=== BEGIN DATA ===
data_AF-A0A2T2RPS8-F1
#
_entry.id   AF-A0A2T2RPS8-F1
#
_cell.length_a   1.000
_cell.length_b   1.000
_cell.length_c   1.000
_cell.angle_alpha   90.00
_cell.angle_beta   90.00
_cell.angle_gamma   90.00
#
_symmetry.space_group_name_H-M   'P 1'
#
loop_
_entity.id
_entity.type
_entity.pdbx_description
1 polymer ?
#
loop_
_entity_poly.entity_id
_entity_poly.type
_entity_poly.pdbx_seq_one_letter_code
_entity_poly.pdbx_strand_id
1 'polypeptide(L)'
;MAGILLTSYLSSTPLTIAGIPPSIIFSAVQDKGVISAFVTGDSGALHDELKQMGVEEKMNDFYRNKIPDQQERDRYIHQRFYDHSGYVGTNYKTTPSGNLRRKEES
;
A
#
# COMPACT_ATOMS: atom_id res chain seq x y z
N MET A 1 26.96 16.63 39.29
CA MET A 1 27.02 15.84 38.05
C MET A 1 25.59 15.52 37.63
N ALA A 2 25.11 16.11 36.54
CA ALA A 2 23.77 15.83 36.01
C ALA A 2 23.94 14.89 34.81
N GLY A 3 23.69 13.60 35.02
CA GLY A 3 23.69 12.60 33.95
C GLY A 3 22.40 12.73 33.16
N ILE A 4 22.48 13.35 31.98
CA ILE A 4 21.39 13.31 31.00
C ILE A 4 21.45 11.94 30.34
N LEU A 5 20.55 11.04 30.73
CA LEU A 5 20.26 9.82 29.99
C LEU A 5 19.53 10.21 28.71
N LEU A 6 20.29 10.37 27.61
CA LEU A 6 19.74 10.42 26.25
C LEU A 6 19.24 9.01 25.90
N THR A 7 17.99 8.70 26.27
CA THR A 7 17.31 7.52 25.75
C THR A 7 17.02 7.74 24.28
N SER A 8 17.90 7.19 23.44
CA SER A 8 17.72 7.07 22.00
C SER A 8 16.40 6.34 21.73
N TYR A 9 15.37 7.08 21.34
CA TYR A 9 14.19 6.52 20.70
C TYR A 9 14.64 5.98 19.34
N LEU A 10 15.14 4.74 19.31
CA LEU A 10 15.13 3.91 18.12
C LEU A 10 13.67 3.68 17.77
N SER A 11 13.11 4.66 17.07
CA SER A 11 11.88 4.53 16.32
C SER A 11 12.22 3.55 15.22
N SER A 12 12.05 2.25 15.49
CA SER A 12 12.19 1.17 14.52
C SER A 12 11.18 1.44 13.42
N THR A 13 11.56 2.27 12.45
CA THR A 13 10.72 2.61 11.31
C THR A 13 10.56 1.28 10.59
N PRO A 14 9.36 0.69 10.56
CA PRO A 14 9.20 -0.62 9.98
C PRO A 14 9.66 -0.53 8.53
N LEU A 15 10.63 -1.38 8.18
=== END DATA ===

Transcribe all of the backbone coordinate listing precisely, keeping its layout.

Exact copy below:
data_AF-A0A2T2RPS8-F1
#
_entry.id   AF-A0A2T2RPS8-F1
#
_cell.length_a   1.000
_cell.length_b   1.000
_cell.length_c   1.000
_cell.angle_alpha   90.00
_cell.angle_beta   90.00
_cell.angle_gamma   90.00
#
_symmetry.space_group_name_H-M   'P 1'
#
loop_
_entity.id
_entity.type
_entity.pdbx_description
1 polymer ?
#
loop_
_entity_poly.entity_id
_entity_poly.type
_entity_poly.pdbx_seq_one_letter_code
_entity_poly.pdbx_strand_id
1 'polypeptide(L)'
;MAGILLTSYLSSTPLTIAGIPPSIIFSAVQDKGVISAFVTGDSGALHDELKQMGVEEKMNDFYRNKIPDQQERDRYIHQRFYDHSGYVGTNYKTTPSGNLRRKEES
;
A
#
# COMPACT_ATOMS: atom_id res chain seq x y z
N MET A 1 26.96 16.63 39.29
CA MET A 1 27.02 15.84 38.05
C MET A 1 25.59 15.52 37.63
N ALA A 2 25.11 16.11 36.54
CA ALA A 2 23.77 15.83 36.01
C ALA A 2 23.94 14.89 34.81
N GLY A 3 23.69 13.60 35.02
CA GLY A 3 23.69 12.60 33.95
C GLY A 3 22.40 12.73 33.16
N ILE A 4 22.48 13.35 31.98
CA ILE A 4 21.39 13.31 31.00
C ILE A 4 21.45 11.94 30.34
N LEU A 5 20.55 11.04 30.73
CA LEU A 5 20.26 9.82 29.99
C LEU A 5 19.53 10.21 28.71
N LEU A 6 20.29 10.37 27.61
CA LEU A 6 19.74 10.42 26.25
C LEU A 6 19.24 9.01 25.90
N THR A 7 17.99 8.70 26.27
CA THR A 7 17.31 7.52 25.75
C THR A 7 17.02 7.74 24.28
N SER A 8 17.90 7.19 23.44
CA SER A 8 17.72 7.07 22.00
C SER A 8 16.40 6.34 21.73
N TYR A 9 15.37 7.08 21.34
CA TYR A 9 14.19 6.52 20.70
C TYR A 9 14.64 5.98 19.34
N LEU A 10 15.14 4.74 19.31
CA LEU A 10 15.13 3.91 18.12
C LEU A 10 13.67 3.68 17.77
N SER A 11 13.11 4.66 17.07
CA SER A 11 11.88 4.53 16.32
C SER A 11 12.22 3.55 15.22
N SER A 12 12.05 2.25 15.49
CA SER A 12 12.19 1.17 14.52
C SER A 12 11.18 1.44 13.42
N THR A 13 11.56 2.27 12.45
CA THR A 13 10.72 2.61 11.31
C THR A 13 10.56 1.28 10.59
N PRO A 14 9.36 0.69 10.56
CA PRO A 14 9.20 -0.62 9.98
C PRO A 14 9.66 -0.53 8.53
N LEU A 15 10.63 -1.38 8.18